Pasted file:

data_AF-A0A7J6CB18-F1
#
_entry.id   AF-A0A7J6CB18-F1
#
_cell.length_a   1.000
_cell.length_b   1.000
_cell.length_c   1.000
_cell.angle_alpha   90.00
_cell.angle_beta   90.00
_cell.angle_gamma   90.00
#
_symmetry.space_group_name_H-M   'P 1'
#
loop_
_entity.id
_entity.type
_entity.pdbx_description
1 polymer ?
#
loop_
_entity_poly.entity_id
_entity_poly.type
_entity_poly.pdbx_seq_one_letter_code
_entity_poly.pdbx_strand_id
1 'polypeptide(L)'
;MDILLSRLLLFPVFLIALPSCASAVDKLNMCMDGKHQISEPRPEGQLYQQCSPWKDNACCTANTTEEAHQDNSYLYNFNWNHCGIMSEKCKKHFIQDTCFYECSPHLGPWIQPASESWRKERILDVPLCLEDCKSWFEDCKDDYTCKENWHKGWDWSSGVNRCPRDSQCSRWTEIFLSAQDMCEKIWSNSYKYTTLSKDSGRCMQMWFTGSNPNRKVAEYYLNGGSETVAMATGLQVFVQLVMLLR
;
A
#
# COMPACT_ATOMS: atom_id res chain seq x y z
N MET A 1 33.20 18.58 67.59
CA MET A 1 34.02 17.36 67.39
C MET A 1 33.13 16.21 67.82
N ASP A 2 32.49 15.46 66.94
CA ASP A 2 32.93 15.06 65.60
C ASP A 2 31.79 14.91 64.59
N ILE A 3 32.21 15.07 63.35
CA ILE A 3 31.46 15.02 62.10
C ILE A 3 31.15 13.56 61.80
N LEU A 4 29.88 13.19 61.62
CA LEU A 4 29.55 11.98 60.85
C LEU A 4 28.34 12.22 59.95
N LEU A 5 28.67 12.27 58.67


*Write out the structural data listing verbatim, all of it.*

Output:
data_AF-A0A7J6CB18-F1
#
_entry.id   AF-A0A7J6CB18-F1
#
_cell.length_a   1.000
_cell.length_b   1.000
_cell.length_c   1.000
_cell.angle_alpha   90.00
_cell.angle_beta   90.00
_cell.angle_gamma   90.00
#
_symmetry.space_group_name_H-M   'P 1'
#
loop_
_entity.id
_entity.type
_entity.pdbx_description
1 polymer ?
#
loop_
_entity_poly.entity_id
_entity_poly.type
_entity_poly.pdbx_seq_one_letter_code
_entity_poly.pdbx_strand_id
1 'polypeptide(L)'
;MDILLSRLLLFPVFLIALPSCASAVDKLNMCMDGKHQISEPRPEGQLYQQCSPWKDNACCTANTTEEAHQDNSYLYNFNWNHCGIMSEKCKKHFIQDTCFYECSPHLGPWIQPASESWRKERILDVPLCLEDCKSWFEDCKDDYTCKENWHKGWDWSSGVNRCPRDSQCSRWTEIFLSAQDMCEKIWSNSYKYTTLSKDSGRCMQMWFTGSNPNRKVAEYYLNGGSETVAMATGLQVFVQLVMLLR
;
A
#
# COMPACT_ATOMS: atom_id res chain seq x y z
N MET A 1 33.20 18.58 67.59
CA MET A 1 34.02 17.36 67.39
C MET A 1 33.13 16.21 67.82
N ASP A 2 32.49 15.46 66.94
CA ASP A 2 32.93 15.06 65.60
C ASP A 2 31.79 14.91 64.59
N ILE A 3 32.21 15.07 63.35
CA ILE A 3 31.46 15.02 62.10
C ILE A 3 31.15 13.56 61.80
N LEU A 4 29.88 13.19 61.62
CA LEU A 4 29.55 11.98 60.85
C LEU A 4 28.34 12.22 59.95
N LEU A 5 28.67 12.27 58.67